The formation of planets occurs under constant bombardment from particles ranging from a few nanometres to tens of kilometres in size, according to recent analyses of asteroid samples by scientists at Okayama University. The study is the first reported analysis of grains taken directly from a solar body in space.
Eizo Nakamura and colleagues at Okayama University and the Japan Aerospace Exploration Agency (JAXA) report the results from a study of the samples in the Proceedings of the National Academy of Sciences.
The Japan Aerospace Exploration Agency (JAXA) sent a probe to investigate the near-Earth asteroid 25143 Itokawa as part of the Hayabusa mission. The aim of the mission was to obtain and analyse samples of asteroids and so learn more about how the solar system evolved.
Asteroids are considered to comprise intermediate products in the evolution of solar bodies. Investigating asteroids can provide information on planetary evolution. The information that can be retrieved from meteorites -- asteroids that fall to earth -- is limited as a result of the significant surface changes meteorites undergo when they enter the atmosphere. In contrast the Itokawa samples comprised 'chondritic' material, unmodified by this sort of melting or differentiation.
The capsule containing the asteroid grains returned to Earth in June 2010. Mass spectroscopy analysis confirmed that the oxygen isotope ratios differed from stone found on Earth, confirming the extra-terrestrial origin of at least 4 of the 5 samples.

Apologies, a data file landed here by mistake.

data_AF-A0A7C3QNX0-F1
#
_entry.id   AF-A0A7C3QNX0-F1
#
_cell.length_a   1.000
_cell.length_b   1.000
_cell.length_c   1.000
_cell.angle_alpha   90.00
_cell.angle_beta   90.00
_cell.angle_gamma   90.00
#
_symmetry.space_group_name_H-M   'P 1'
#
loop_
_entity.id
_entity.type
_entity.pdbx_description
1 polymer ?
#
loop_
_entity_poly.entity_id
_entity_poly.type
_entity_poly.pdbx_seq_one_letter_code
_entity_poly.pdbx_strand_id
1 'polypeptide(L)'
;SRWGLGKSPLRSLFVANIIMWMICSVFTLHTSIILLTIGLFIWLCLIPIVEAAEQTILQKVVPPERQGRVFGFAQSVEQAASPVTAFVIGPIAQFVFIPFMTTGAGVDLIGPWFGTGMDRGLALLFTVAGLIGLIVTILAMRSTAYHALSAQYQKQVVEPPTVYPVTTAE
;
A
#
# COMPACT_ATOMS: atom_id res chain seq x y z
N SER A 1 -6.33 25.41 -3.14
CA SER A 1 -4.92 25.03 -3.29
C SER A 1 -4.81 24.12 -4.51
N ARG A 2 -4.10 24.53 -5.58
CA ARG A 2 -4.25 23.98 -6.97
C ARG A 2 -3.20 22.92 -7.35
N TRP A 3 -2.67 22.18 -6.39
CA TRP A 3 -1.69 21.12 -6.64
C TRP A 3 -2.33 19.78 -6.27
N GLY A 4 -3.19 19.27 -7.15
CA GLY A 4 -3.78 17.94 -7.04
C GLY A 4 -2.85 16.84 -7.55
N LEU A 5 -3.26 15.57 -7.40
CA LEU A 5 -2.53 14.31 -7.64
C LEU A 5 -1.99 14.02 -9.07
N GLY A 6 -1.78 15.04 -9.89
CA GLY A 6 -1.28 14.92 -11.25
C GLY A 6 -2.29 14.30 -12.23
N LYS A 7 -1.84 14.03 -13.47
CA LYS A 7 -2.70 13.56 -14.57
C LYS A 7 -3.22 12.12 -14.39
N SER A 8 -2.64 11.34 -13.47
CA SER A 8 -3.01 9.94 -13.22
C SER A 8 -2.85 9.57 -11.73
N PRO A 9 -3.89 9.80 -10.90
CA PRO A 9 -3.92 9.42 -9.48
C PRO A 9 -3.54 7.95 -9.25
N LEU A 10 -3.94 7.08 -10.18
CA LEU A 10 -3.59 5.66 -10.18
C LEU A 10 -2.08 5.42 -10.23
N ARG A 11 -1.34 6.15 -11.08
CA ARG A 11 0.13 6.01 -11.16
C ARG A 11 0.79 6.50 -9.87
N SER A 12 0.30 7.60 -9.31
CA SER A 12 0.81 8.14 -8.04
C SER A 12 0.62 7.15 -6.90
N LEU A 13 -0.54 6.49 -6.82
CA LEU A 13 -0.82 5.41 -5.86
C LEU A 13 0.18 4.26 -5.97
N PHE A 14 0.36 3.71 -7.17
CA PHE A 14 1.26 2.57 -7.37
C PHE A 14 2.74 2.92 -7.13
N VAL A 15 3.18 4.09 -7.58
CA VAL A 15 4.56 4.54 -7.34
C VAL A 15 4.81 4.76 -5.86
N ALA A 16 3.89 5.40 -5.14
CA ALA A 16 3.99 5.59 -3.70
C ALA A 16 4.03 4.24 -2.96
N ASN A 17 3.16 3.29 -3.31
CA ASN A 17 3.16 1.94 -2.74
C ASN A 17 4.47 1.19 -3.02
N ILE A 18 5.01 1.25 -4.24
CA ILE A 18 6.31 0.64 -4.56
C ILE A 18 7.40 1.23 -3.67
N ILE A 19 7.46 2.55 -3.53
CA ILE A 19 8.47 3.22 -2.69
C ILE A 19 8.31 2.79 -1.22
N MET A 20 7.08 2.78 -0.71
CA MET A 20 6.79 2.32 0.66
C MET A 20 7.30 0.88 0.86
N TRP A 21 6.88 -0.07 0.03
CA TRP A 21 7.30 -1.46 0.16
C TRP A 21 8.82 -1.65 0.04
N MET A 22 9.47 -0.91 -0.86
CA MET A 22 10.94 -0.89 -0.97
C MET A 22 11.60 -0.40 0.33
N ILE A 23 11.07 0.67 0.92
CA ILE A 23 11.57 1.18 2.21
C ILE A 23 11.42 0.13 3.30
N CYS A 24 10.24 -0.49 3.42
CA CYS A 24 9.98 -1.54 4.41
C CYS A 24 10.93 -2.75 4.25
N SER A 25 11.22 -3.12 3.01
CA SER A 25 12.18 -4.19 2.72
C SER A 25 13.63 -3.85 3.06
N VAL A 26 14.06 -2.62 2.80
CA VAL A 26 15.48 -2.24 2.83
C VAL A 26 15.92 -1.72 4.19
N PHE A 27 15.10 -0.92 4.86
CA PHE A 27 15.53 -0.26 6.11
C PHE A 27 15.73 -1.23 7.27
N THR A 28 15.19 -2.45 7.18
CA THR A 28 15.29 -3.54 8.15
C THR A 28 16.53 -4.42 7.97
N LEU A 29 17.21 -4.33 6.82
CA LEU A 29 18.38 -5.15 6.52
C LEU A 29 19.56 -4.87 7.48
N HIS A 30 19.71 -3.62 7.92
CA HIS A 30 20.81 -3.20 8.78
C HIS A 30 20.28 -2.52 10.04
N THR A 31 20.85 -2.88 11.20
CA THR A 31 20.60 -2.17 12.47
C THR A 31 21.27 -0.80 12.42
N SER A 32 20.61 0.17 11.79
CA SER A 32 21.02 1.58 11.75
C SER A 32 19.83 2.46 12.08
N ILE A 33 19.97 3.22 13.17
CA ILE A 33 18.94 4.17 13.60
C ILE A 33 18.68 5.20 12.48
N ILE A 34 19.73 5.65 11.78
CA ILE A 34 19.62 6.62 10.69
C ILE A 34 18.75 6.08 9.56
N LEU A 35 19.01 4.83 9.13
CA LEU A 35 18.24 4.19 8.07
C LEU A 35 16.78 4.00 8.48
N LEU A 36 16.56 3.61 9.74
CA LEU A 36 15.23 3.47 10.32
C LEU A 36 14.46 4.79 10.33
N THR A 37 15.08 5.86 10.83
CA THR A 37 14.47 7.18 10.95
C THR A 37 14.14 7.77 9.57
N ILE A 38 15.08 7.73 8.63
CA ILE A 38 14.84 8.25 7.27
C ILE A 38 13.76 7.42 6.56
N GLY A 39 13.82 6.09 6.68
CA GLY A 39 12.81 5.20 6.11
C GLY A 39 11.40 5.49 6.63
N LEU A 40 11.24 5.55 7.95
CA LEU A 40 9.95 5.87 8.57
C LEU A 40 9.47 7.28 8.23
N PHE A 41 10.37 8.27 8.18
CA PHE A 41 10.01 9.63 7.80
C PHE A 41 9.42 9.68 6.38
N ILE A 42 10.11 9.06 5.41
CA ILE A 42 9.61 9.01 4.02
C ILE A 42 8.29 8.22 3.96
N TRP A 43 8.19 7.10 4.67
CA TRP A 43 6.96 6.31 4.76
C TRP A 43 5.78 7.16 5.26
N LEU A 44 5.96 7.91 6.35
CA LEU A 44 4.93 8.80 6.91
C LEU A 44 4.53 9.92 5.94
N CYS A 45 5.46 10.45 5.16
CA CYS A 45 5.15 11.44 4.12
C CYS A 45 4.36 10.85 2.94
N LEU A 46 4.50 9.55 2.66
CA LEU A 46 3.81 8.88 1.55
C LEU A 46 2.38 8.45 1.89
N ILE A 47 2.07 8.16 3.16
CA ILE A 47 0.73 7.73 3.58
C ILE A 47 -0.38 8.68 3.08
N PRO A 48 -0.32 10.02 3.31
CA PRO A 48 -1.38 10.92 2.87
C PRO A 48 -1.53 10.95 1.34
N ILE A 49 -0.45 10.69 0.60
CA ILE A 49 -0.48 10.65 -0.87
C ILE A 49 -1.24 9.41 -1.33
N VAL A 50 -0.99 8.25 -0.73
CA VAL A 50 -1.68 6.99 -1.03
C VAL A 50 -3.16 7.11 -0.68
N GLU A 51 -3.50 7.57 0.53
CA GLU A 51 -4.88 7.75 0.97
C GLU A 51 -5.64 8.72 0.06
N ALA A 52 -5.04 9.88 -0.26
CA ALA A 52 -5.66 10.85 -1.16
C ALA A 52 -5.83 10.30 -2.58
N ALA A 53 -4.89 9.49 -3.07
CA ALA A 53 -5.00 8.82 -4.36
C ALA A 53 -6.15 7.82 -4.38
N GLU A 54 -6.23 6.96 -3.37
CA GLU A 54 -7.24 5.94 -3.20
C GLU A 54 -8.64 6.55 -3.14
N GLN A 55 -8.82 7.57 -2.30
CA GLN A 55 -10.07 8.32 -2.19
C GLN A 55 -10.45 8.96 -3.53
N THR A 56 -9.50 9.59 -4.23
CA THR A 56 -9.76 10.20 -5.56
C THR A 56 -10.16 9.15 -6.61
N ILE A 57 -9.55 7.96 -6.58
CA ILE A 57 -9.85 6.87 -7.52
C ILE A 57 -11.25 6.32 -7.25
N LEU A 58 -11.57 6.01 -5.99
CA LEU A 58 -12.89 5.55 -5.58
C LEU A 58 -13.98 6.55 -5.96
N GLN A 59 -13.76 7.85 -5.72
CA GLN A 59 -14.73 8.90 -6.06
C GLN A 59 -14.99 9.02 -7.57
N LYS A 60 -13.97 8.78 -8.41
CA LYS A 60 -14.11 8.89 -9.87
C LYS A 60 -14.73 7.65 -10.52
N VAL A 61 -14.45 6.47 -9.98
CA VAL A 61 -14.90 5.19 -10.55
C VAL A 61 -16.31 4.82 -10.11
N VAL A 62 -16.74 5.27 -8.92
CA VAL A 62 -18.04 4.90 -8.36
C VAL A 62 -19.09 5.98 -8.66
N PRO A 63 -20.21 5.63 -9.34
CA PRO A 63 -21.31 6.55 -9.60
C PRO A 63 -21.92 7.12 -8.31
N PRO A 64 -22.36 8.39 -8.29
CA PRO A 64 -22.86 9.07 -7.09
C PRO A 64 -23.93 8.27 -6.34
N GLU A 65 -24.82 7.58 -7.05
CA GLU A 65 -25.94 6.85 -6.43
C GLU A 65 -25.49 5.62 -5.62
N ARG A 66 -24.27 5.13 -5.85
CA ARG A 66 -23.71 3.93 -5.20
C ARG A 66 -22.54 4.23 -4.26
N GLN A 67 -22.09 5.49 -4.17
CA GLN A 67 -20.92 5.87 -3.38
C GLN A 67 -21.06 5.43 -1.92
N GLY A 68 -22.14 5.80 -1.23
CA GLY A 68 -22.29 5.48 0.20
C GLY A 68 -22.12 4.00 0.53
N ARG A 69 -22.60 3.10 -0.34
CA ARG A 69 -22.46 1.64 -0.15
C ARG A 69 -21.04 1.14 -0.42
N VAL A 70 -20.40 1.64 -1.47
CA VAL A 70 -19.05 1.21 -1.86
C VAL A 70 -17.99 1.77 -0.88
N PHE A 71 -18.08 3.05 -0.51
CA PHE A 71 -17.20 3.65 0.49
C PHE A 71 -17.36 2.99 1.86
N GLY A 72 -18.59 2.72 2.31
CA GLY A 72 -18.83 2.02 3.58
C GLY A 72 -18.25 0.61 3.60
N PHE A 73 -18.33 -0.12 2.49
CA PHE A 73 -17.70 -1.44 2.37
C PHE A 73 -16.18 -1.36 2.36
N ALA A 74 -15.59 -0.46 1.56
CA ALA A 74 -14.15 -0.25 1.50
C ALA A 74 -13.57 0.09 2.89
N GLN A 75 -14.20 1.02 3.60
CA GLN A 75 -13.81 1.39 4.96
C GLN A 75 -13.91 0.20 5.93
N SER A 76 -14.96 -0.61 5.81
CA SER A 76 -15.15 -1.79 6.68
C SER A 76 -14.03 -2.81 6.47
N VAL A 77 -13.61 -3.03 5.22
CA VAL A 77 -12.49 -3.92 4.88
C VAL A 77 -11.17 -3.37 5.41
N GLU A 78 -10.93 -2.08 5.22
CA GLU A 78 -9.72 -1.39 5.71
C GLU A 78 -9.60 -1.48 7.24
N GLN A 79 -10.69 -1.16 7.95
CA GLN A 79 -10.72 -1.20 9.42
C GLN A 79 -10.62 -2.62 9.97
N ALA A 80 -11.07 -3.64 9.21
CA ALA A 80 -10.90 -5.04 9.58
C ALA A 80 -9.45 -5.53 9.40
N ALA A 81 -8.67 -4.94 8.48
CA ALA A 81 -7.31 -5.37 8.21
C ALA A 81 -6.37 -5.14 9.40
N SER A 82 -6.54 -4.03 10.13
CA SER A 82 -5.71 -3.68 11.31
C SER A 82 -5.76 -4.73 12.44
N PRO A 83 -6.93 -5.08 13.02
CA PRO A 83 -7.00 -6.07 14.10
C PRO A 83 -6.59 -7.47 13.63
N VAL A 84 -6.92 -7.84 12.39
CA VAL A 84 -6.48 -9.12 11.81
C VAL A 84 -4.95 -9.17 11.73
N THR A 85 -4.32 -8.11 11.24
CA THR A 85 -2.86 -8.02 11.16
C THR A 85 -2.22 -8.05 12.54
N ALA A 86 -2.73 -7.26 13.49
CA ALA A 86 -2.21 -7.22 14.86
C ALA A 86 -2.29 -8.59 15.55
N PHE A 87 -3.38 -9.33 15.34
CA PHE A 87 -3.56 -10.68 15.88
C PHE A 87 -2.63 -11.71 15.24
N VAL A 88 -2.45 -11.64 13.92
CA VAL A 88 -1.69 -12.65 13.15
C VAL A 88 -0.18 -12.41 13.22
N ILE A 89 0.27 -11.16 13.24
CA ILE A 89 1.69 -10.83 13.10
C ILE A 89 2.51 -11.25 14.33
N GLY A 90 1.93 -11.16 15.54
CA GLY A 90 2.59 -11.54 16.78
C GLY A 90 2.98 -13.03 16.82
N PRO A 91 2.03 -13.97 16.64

Using scanning electron microscopy, the researchers identified craters 100-200 nm in size as well as particles adhered to the asteroid surface. They suggest that a combination of disaggregation, cratering, melting, adhesion, agglutination, and implantation/sputtering affect the asteroid surface as a result of bombardment by submicrometre sized particles in space. "Impact appears to be an important process shaping the exteriors of not only large planetary bodies, such as the moon, but also low-gravity bodies such as asteroids," explain Nakamura and his colleagues.
Among the other features observed in the grains were a type of feldspar that would have formed during slow cooling from temperatures of 860 °C. These temperatures and cooling dynamics could not have been achieved in a rock with a radius of only 300m. As a result it is likely that the asteroid Itokawa originated from a larger asteroid.
The researchers identified a considerable number of glassy particles on the asteroid surface, as well as iron particles associated with weathering processes in space from previous spectroscopy studies. However, they also suggest that previous near-infrared spectrocsopy studies may have underestimated the deposition of glassy materials and the resulting absorption.
"We suggest that the chemistry and textures of Itokawa's surface reflect long-term bombardment of equilibrated chondritic material, at scales of 10−9 to 104 meters," conclude the authors, adding that impact processes in general play a central role in the evolution of planetary bodies.
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